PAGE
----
Postremission therapy in patients with acute myeloid leukemia (AML) may consist of continuing chemotherapy or transplantation using either autologous or allogeneic stem cells. Patients with favorable subtypes of AML generally receive chemotherapeutic consolidation, although recent studies have also suggested favorable outcome after hematopoietic stem cell transplantation (HSCT). Although allogeneic HSCT (alloHSCT) is considered the preferred type of postremission therapy in poor- And very-poor-risk AML, the place of alloHSCT in intermediate-risk AML is being debated, and autologous HSCT is considered a valuable alternative that may be preferred in patients with out minimal residual disease after induction chemotherapy. Here, we review postremission transplantation strategies using either autologous or allogeneic stem cells. Recent developments in the field of alternative donors, including cord blood and haploidentical donors, are highlighted, and we discuss reduced-intensity alloHSCT in older AML recipients who represent the predominant category of patients with AML who have a high risk of relapse in first remission.,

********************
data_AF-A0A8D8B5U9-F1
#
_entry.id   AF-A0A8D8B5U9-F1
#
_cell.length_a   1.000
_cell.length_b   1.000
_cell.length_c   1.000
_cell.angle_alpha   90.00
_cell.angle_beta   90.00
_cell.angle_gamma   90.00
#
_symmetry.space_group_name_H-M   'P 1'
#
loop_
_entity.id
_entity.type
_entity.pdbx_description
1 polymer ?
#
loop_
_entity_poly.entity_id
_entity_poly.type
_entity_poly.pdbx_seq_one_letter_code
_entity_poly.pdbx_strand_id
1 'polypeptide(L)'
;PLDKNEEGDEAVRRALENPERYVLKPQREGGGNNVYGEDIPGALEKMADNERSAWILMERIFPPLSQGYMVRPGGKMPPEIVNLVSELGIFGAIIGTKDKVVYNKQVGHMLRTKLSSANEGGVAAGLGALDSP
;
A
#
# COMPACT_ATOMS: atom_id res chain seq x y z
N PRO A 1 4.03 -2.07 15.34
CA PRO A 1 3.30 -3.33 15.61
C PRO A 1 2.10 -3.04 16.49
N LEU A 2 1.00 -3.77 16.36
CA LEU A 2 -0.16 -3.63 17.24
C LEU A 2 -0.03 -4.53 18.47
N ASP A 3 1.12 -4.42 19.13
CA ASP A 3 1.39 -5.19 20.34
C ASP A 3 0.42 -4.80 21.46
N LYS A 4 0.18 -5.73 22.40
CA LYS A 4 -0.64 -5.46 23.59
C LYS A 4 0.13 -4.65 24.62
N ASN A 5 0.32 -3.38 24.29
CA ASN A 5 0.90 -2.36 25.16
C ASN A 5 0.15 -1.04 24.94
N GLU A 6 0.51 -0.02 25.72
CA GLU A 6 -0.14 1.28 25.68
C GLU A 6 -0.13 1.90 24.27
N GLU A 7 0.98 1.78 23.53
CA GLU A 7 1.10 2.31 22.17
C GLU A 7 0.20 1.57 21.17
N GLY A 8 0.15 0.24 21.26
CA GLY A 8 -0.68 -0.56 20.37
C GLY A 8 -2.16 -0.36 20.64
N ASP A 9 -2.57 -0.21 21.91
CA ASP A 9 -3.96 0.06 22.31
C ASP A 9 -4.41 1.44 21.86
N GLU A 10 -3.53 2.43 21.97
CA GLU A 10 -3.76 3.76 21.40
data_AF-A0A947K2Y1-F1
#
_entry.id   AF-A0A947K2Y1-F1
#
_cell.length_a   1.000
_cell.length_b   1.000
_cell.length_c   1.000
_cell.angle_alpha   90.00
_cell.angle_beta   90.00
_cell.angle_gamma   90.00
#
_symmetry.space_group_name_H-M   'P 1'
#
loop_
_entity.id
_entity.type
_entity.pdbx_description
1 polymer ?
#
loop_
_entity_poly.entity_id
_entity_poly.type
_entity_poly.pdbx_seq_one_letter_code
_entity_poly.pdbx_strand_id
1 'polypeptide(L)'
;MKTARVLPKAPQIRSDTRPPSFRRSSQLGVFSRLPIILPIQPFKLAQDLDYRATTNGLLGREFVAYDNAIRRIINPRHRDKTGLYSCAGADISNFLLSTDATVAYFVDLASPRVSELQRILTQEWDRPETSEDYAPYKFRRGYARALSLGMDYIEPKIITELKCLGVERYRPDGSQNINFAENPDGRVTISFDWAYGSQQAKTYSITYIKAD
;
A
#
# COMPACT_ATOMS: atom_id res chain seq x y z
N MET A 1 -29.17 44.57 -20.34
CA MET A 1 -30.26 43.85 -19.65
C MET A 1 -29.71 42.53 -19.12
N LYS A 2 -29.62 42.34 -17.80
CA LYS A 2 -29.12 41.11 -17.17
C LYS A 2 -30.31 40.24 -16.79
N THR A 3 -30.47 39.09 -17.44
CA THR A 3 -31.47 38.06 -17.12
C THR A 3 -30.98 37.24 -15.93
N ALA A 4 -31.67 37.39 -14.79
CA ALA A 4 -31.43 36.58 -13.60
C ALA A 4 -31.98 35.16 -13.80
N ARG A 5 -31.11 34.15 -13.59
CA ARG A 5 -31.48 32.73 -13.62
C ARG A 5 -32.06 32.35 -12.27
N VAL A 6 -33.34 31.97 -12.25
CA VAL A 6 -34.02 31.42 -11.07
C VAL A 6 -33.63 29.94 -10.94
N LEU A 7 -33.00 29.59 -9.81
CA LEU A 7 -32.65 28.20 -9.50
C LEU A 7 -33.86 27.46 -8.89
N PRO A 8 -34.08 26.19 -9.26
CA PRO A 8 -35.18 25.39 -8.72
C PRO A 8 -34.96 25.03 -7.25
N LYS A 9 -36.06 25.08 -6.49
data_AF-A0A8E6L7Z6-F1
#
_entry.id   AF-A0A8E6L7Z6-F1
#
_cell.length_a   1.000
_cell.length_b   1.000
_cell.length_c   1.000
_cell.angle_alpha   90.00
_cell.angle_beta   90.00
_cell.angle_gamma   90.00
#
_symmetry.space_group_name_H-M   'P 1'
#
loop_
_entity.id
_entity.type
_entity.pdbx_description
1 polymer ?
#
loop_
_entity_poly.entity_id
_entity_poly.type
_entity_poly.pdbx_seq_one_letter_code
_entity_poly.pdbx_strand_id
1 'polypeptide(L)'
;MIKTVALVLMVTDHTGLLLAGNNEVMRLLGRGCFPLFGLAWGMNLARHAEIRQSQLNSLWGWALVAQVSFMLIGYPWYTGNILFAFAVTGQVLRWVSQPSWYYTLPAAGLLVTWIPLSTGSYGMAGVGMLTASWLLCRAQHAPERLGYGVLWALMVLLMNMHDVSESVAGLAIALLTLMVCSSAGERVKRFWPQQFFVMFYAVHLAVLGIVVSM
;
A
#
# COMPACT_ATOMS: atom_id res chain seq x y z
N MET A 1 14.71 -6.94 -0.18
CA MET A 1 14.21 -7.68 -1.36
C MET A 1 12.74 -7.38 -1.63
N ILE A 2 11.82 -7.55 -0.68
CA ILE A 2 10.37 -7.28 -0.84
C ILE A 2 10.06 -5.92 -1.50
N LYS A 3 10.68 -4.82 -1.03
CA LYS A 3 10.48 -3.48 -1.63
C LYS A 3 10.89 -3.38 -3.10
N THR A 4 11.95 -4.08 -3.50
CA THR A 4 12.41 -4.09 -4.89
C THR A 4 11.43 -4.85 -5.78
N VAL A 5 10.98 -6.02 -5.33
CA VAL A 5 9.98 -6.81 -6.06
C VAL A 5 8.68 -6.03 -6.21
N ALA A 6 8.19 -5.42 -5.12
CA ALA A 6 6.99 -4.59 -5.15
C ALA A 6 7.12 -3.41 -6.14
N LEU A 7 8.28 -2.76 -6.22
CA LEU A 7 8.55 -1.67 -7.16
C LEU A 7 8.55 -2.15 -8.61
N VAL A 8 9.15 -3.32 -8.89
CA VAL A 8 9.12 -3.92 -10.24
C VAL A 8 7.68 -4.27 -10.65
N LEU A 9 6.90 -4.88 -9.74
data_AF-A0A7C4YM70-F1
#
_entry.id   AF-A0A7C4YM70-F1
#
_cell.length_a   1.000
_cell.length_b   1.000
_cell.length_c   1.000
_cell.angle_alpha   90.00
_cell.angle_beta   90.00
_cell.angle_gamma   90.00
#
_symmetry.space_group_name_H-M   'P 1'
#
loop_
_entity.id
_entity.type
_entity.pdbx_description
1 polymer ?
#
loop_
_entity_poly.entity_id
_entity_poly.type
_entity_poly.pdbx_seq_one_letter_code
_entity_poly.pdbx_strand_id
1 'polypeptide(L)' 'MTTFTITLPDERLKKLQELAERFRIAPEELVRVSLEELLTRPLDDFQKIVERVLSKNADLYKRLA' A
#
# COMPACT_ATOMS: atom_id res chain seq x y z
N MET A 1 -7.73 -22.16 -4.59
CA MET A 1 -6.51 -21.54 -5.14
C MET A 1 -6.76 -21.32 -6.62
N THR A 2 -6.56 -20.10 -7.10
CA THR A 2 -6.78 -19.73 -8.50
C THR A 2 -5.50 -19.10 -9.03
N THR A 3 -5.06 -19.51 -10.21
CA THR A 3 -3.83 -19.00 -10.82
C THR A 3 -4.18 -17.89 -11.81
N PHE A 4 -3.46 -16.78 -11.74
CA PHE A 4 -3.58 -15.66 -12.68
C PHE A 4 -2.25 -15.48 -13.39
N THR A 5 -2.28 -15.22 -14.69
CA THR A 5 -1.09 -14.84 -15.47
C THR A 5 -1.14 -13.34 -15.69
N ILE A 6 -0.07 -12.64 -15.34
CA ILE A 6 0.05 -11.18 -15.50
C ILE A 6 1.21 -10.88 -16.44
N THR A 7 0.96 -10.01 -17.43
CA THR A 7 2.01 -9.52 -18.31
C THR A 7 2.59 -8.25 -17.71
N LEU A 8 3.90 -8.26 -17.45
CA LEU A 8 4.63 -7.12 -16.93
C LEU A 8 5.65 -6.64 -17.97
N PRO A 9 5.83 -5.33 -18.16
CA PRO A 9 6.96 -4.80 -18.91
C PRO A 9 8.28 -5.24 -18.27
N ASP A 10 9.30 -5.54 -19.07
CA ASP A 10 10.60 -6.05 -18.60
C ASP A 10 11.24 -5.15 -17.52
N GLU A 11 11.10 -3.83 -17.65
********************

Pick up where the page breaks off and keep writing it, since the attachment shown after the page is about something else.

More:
Department of Hematology

Cornelissen, J.J, & Blaise, D. (2016). Hematopoietic stem cell transplantation for patients with AML in first complete remission. Blood (Vol. 127, pp. 62–70). doi:10.1182/blood-2015-07-604546